The engineers of the new generation 2021 BMW M3 and M4 did not make it any easier when they also brought an F82 M4 to the track for the prototype test drive of the new M brothers. Certainly, one thing is undisputed: Even six years after the market launch of the previous M4 with the Competition package is just as impressive.
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So anyone who brings it to the first drive preview must either be arrogant or extremely confident. Whether the engineers of the sixth generation iconic M car were driven by high spirits or self-confidence, can be determined relatively quickly on the the Sachsenring race track.
First Up Is The Older F82 M4
My drive starts at the wheel of the F82 M4 which impresses with the familiar, but its never boring strengths: low weight, balanced weight distribution, rear-wheel drive, an extremely easy-turning inline six-cylinder and a good steering feedback. It still puts a big grain on your face on a demanding track like the Sachsenring.
But the F82 is not the reason for our visit, so after a few laps, I jump behind the wheel of the new generation G80 M3.
Even before driving off, the cockpit leaves no doubt that the time has not stood still. Larger displays and the more modern displays of the current iDrive 7 are reminiscent of the higher priced and more powerful BMW M8. But compared to the top coupe model, the new G82 BMW M4 also gets the fans’ favorite six-speed manual transmission.
Six-Speed Manual Only With A RWD Setup
Therefore, the new generation of BMW M3 and M4 should also score points in any real driver’s car ranking. And for many fans and drivers of the previous five M3 generations, the new iteration not only includes a a manual gearbox, but also the classic rear-wheel drive with a mechanical locking differential.
That is exactly why the M Division has brought the basic model to the Sachsenring. The test cars are the entry-level versions of the G80 M3 and G82 M4 with 480 hp, manual transmission and power sent to the axle.
The BMW M3 and M4 Competition models with 510 hp and an eight-speed automatic, and a four-wheel drive model with M xDrive will follow in late 2021.
But for the first in-house comparison with the predecessor, the entry-level M3 and M4 are still more powerful than the current M3/M4 Competition.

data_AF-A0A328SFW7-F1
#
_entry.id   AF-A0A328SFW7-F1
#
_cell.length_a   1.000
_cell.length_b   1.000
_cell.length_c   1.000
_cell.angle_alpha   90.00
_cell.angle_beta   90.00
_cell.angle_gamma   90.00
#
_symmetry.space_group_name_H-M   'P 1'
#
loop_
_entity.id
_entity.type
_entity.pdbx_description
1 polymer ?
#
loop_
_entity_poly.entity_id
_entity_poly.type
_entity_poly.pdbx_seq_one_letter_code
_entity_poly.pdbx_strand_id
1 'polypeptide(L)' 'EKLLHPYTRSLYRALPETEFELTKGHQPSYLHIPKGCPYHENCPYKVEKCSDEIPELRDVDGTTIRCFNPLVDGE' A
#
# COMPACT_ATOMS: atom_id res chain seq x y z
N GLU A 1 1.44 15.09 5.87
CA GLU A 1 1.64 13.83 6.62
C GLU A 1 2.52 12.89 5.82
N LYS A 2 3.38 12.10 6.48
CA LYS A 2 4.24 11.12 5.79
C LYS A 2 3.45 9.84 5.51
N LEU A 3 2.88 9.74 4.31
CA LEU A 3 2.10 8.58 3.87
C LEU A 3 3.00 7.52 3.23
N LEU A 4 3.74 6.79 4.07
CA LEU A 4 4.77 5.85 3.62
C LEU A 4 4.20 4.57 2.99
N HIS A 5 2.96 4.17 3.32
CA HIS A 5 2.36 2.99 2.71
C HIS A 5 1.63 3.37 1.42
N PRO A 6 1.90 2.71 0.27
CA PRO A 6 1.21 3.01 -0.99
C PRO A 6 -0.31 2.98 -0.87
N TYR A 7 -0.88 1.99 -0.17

Dirk Häcker, known to our regular readers as Head of Development M Automobiles goes full throttle right after the pit exit. So if you want to justify your exclusive presence at Sachsenring, you need to stay on it. At first, you will be amazed how effortlessly the new M4 turns in, following the driver’s ambitious goals.
Now it makes sense why BMW wanted me to drive the F82 M4 a bit earlier in the day. Aboard the G80 M3, you will immediately feel faster on the track, especially after you find the optimal balance between braking too early or carrying too much speed in the corner.
Häcker later confirmed in an interview that the engineers saw potential for noticeable progress in the steering behavior and worked intensively, among other things, with additional stiffeners in the front-end, new wheel suspensions and, of course, modifications to the suspension and damping, so that the new generation could be even more impressive than their predecessor.
It goes without saying that the M engineers have also improved the rear axle behavior. The result is impressively high cornering speeds, at which the M3 appears to remain stable on the track, quite effortlessly.
The new model is powered by the new S58 TwinTurbo inline six-cylinder, which we already know from X3 M and X4 M. In the new 2021 BMW M3 and M4, the engine tuning has been adjusted to fit the lower weight of the cars.
What is particularly convincing, in combination with the manual six-speed gearbox, is the more generous torque at low engine rpms. This allows you to concentrate almost entirely on the 3, 4 and 5th gears on the Sachsenring.
For the first time, the M setup enables software support in the form of “double-declutching” to be set independently of the DSC mode. In the future, if you want, you can switch gears manually without the rev matching, and at the same time leave DSC or DTC activated.
Still A Real Driving Machine
After my brief but productive session with the 2021 BMW M3 and M4 is clear that new generation is still a real driving machine. Subjectively, everything indicates that the basic models will clearly deliver better lap times than the F80/F82 Competition predecessors.
The full potential of the new G80/G82 M3/M4 will only be revealed by the Competition models, which are geared even more towards performance.
Test drive performed by our sister magazine BimmerToday